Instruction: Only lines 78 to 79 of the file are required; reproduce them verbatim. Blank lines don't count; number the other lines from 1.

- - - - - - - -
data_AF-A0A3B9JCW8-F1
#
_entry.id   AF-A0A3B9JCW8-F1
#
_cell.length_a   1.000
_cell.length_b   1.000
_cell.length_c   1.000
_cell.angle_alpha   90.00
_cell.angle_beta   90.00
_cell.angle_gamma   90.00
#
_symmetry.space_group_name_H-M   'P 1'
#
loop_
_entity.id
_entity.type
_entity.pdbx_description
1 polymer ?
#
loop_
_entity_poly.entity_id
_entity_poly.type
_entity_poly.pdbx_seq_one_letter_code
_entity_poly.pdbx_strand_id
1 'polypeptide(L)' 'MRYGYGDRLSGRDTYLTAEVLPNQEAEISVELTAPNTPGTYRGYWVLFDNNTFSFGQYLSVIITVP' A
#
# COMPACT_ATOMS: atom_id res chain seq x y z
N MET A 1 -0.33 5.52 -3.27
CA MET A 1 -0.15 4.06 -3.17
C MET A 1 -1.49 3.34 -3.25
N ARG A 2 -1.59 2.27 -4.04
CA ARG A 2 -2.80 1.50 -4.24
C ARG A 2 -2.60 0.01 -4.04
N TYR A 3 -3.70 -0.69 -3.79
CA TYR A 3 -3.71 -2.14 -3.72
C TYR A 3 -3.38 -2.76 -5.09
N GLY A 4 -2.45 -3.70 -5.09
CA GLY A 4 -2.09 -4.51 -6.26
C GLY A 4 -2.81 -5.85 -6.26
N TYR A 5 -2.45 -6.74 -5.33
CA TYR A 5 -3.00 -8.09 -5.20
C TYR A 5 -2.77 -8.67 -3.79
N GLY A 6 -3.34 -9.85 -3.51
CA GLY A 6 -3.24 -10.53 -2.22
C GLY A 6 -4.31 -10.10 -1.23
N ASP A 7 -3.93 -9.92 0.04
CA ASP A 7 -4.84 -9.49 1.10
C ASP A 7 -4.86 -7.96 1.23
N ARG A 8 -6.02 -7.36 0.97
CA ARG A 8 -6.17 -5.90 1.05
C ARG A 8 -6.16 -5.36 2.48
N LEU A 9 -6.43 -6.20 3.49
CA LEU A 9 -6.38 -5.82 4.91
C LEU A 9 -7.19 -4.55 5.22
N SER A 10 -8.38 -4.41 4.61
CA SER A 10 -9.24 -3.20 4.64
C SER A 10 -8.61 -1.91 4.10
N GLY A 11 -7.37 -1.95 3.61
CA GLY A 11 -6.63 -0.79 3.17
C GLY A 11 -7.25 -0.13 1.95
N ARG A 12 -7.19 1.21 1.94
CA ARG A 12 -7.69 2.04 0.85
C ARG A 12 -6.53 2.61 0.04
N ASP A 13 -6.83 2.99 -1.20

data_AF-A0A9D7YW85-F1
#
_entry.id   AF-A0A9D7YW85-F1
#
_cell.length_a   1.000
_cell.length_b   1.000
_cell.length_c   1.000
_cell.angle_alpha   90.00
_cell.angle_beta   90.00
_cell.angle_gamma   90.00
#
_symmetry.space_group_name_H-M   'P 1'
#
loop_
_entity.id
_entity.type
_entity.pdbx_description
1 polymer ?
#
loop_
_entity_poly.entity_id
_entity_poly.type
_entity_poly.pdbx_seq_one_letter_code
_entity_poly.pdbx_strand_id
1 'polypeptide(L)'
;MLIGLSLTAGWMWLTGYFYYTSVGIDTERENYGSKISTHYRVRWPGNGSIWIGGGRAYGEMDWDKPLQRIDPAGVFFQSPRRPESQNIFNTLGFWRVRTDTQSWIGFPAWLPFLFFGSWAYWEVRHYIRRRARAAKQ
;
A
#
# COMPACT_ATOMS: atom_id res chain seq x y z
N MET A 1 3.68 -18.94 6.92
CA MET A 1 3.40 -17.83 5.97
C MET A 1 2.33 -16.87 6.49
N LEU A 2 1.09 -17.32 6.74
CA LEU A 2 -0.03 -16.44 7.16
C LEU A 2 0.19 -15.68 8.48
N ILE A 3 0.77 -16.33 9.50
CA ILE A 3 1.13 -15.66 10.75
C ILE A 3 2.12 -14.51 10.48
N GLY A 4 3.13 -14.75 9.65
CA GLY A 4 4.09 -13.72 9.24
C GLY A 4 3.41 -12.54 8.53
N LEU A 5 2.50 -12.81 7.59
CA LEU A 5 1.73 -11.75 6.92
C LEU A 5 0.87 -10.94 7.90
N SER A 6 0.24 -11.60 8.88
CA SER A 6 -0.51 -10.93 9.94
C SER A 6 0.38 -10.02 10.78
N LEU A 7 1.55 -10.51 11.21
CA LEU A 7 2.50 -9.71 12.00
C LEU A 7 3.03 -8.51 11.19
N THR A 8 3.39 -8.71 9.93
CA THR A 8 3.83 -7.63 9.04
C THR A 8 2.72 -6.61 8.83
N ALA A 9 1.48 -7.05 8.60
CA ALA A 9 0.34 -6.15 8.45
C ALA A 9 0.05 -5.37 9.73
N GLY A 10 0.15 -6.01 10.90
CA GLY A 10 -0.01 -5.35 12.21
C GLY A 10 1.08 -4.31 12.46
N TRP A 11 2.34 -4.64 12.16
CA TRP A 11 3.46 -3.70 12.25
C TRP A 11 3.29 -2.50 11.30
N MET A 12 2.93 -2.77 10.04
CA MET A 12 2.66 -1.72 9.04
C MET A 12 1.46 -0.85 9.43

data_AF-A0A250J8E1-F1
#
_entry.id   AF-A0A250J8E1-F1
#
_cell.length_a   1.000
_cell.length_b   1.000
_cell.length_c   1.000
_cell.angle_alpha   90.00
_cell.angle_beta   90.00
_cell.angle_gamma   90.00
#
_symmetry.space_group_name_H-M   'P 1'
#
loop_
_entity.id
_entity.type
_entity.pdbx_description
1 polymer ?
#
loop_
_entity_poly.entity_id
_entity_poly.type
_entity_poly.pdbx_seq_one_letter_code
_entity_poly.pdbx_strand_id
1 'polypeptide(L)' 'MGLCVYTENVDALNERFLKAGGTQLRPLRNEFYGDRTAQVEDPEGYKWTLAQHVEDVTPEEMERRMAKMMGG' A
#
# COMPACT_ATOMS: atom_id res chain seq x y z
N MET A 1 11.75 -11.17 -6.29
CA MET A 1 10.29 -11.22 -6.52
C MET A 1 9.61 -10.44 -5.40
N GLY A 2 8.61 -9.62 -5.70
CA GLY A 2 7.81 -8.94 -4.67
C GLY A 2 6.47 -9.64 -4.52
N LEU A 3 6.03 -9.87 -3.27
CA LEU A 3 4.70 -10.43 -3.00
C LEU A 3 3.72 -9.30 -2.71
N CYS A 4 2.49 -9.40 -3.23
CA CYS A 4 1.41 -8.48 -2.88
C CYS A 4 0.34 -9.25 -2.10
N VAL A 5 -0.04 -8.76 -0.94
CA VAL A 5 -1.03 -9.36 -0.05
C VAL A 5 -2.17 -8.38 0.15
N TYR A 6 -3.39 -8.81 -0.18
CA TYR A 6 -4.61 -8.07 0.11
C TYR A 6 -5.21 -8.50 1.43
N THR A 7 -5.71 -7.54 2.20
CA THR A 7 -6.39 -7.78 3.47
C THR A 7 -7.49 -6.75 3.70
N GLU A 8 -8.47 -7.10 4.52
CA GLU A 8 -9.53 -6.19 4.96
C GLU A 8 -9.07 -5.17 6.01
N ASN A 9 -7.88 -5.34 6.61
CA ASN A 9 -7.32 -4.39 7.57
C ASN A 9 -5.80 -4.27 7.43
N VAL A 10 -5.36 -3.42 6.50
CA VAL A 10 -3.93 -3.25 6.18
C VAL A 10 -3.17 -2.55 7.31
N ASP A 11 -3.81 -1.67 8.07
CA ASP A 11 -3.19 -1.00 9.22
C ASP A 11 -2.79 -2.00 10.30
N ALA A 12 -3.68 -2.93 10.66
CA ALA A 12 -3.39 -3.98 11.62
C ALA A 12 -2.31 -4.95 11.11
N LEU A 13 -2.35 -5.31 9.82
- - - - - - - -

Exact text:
loop_
_entity.id